Prohibition of the 1920s: Definition, 18th Amendment & Results

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  • 0:07 Protecting America…
  • 2:20 A Dry America
  • 3:52 America the Better?
  • 5:26 Lesson Summary
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Lesson Transcript
Instructor: David Lobb
The 18th Amendment outlawed all alcohol in the United States. The prohibition era defined a decade and the people of a modernizing America. In this lesson, develop an understanding of prohibition and the 18th Amendment.

Protecting America from Alcohol

In 1920, millions of Americans went to the polls and cast a vote for the 'normalcy' conservative Warren Harding promised. This act represented the desire of the American public to turn away from the progressive reform of the early 1900s and presidency of Woodrow Wilson. But just as America looked for a way to regain social equilibrium, one last reform measure had gone through.

During World War I, the movement to outlaw alcohol in the U.S., or prohibition movement, finally achieved success with the adoption of the 18th Amendment and the Volstead Act. The roots of the prohibition movement can be traced back as far as the Colonial period in American history, but in a country notorious for its consumption of alcohol, little ground was gained passing any national law banning drink.

However, around the start of the 20th century, leading temperance organizations, such as the Women's Christian Temperance Union and the Anti-Saloon League, converted their efforts from changing individuals to campaigning for the legal prohibition of alcohol. Supporters of this measure drew on the moral theme of the day; that was, alcohol was destroying the moral compass of America, making citizens less productive and destroying American families.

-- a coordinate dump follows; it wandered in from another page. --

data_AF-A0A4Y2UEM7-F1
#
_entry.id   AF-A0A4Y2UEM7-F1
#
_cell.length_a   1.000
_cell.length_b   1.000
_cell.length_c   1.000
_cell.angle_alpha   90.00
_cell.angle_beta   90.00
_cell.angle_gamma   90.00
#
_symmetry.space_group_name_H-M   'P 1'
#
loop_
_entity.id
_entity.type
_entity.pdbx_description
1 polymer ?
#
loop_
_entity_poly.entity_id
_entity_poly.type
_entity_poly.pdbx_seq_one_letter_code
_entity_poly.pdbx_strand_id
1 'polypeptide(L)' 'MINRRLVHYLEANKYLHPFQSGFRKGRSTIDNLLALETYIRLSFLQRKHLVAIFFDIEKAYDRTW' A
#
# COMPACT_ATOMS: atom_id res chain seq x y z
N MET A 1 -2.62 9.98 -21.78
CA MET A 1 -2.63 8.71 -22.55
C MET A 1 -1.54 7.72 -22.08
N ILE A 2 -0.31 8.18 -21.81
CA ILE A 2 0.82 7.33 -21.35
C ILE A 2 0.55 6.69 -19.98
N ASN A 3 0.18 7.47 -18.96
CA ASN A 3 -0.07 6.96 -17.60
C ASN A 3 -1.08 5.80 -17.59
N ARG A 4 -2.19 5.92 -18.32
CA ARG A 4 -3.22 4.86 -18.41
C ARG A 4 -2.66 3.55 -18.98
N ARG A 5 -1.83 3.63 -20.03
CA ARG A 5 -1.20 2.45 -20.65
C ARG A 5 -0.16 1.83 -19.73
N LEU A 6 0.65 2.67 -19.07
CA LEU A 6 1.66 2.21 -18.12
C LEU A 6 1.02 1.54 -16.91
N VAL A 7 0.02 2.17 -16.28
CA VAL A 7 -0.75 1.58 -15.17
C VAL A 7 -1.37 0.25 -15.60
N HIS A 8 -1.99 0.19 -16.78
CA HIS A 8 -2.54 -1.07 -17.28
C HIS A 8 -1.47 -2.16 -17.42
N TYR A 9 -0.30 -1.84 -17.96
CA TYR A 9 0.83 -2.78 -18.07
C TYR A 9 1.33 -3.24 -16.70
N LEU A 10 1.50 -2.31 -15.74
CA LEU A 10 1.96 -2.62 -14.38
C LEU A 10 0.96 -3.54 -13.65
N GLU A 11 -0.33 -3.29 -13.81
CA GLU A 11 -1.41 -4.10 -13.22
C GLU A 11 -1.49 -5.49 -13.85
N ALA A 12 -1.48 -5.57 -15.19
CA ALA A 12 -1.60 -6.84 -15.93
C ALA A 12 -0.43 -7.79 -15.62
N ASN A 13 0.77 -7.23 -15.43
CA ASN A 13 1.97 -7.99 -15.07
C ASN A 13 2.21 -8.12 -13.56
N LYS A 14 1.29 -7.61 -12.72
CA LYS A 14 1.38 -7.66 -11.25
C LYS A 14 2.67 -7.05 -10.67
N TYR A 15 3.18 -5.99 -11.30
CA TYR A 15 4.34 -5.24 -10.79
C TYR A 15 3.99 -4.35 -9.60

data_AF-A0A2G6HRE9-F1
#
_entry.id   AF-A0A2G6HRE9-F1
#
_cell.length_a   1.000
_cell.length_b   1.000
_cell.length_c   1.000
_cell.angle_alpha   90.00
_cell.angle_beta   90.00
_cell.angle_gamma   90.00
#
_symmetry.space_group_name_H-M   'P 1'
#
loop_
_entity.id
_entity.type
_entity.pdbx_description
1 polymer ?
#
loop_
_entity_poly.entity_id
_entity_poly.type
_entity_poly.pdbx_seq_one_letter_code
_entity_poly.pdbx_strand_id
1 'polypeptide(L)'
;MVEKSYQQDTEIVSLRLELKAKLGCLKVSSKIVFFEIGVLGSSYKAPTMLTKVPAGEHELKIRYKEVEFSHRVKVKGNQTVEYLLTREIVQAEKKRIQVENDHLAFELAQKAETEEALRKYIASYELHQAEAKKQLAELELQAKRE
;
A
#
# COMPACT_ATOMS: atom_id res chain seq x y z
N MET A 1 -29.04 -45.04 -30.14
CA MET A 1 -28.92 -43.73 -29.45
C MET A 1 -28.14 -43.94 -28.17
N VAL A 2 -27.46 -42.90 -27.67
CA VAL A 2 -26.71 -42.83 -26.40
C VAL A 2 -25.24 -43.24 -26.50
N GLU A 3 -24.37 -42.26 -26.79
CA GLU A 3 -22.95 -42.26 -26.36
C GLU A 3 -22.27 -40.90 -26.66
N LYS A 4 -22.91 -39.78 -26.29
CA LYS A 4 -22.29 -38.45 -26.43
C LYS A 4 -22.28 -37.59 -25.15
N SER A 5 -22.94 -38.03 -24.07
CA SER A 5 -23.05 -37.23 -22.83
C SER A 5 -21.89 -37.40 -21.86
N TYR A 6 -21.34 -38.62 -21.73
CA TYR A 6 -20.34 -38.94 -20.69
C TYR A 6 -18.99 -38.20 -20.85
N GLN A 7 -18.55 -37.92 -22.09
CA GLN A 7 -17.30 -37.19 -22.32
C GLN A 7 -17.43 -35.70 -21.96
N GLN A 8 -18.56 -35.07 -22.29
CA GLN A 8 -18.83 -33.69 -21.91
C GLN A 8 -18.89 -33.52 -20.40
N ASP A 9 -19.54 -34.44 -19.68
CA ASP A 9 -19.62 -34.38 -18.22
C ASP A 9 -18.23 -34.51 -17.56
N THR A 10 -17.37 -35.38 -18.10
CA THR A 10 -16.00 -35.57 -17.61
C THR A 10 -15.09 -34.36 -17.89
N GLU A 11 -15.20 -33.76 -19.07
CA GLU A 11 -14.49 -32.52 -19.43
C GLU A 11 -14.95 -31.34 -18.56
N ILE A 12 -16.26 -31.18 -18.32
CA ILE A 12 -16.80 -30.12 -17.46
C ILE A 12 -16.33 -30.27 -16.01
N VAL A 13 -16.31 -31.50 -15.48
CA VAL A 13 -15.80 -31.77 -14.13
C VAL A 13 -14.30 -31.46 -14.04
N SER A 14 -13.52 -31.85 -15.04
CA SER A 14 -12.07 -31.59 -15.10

In addition, those in favor of a national prohibition highlighted current medical and scientific findings showing that alcohol did more harm than good. In fact, by the 1910s, the Anti-Saloon League had become one of the most effective pressure groups in American history, staging protests and mobilizing Protestant churches behind a single-minded effort to elect 'dry' political candidates.

In fact, the National Prohibition Act (known as the Volstead Act) was put forward by the Anti-Saloon League. The leader of the league, Wayne Wheeler, drafted the bill and named it for Andrew Volstead, Chairman of the House Judiciary Committee who helped oversee the legislation.

Even in the years leading up to the passing of the act, several states had outlawed alcohol and debate about a national law was gaining momentum. 'Wets,' or those who were opposed to the law, battled in Congress with 'drys,' who favored the federal legislation outlawing all liquor in the U.S. In fact, by 1916, both houses of Congress possessed a two-thirds majority support for prohibition.

A Dry America

Those in favor of the law drew on small-town citizens and women reformers, as well as prominent business leaders, like J.D. Rockefeller. President Howard Taft had vetoed an earlier law to make the shipping of alcohol across state lines illegal, but after the election of Woodrow Wilson in 1912, the concept of national prohibition became invigorated.

As America entered World War I, the concept of prohibition started to make sense to many. It was seen as a way to protect the family, promote social stability and check big business. The war actually gave the movement some validity. Grain was so crucial to the war effort, how could the government allow it to be used to make liquor? Others argued that alcohol, like brothels, undermined the discipline of young soldiers.

On December 18, 1917, Congress passed and sent to the states the 18th Amendment. One year after the ratification, in January 1919, the manufacture, sale and transportation of intoxicants in the U.S. was banned. The federal government now had the authority to pass enforcement laws. President Wilson vetoed the Volstead Act (which further defined 'intoxicants'), but Congress overturned his veto. The law stood.

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